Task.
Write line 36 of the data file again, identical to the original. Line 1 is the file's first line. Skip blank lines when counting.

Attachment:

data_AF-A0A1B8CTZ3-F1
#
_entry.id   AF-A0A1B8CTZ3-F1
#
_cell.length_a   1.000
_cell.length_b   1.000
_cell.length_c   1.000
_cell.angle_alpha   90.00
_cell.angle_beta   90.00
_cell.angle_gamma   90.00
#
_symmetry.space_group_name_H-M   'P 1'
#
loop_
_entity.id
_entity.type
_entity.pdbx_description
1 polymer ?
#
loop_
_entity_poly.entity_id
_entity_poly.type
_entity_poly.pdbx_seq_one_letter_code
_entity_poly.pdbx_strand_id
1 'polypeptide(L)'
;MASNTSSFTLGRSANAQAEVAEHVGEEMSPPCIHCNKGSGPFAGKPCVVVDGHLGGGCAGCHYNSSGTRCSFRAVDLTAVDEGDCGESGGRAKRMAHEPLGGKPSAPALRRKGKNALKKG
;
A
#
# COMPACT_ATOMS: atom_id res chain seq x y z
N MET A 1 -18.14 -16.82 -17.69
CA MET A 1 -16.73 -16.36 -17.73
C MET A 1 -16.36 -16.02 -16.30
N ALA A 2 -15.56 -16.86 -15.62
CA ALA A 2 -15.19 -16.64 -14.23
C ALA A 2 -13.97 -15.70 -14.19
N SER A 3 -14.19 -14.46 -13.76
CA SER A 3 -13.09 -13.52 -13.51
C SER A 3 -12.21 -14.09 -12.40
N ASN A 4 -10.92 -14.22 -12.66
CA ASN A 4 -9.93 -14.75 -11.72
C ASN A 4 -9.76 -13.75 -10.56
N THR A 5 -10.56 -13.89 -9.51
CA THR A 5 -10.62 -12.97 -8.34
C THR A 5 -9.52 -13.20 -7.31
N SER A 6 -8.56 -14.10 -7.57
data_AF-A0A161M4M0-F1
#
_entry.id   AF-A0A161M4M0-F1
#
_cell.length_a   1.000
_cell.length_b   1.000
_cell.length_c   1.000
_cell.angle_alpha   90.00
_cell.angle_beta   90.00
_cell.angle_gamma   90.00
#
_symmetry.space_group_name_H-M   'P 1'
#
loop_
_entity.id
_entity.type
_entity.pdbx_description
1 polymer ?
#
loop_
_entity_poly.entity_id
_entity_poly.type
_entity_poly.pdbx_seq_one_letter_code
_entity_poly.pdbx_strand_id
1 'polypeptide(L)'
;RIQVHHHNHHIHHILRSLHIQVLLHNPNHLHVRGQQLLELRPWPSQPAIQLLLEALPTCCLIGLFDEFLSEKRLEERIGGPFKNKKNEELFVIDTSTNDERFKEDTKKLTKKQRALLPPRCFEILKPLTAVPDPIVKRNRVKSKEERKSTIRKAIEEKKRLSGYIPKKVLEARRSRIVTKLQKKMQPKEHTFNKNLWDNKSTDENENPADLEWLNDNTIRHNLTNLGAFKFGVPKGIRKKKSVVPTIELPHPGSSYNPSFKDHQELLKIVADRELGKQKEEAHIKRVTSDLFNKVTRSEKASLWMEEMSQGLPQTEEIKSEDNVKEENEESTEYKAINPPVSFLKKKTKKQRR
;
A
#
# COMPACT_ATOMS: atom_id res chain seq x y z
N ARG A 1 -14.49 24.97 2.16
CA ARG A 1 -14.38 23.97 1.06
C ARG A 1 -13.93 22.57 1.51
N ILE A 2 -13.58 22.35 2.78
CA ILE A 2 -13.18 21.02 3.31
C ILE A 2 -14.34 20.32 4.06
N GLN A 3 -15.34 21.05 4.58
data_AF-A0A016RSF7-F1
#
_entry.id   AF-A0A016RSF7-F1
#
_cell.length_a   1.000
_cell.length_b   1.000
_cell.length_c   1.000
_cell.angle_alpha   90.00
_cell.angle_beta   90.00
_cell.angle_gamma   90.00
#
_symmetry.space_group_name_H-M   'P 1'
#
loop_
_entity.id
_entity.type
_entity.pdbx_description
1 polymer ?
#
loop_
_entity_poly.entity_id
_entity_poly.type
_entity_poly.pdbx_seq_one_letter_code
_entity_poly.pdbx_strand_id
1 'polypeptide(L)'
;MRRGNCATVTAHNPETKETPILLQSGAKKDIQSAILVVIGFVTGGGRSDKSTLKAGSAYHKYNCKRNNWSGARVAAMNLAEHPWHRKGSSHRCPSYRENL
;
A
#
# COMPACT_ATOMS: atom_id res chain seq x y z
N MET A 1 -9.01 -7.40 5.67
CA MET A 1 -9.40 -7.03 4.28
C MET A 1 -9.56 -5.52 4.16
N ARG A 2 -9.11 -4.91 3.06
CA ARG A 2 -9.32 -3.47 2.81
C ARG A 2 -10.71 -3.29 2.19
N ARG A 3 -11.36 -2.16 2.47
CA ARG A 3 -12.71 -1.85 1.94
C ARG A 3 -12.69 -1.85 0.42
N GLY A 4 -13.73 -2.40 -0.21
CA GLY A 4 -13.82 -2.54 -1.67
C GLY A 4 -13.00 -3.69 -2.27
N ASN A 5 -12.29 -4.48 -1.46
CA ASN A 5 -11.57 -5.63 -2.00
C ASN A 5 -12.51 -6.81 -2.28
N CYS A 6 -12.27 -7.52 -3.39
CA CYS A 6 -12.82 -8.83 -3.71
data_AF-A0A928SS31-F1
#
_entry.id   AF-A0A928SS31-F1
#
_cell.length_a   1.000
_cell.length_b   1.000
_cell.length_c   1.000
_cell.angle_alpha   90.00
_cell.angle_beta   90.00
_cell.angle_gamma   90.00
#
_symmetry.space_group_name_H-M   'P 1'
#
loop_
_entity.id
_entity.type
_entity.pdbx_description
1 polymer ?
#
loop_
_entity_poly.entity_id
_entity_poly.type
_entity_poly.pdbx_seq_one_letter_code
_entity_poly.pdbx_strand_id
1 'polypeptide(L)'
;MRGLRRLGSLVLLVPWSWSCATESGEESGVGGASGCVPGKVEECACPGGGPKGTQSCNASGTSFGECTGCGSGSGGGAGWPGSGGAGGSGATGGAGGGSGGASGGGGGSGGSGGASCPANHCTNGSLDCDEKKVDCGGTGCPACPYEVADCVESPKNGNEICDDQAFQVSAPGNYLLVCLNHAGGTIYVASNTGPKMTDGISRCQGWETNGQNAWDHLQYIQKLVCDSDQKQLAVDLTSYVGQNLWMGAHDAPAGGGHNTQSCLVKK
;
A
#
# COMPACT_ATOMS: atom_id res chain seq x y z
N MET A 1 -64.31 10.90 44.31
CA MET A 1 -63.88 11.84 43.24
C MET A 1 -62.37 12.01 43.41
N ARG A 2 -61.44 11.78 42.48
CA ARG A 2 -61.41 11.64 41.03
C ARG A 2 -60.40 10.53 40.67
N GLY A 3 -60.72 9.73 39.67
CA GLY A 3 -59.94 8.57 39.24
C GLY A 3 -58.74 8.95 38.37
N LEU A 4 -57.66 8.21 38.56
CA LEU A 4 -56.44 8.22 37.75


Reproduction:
C ALA A 2 -13.97 -15.70 -14.19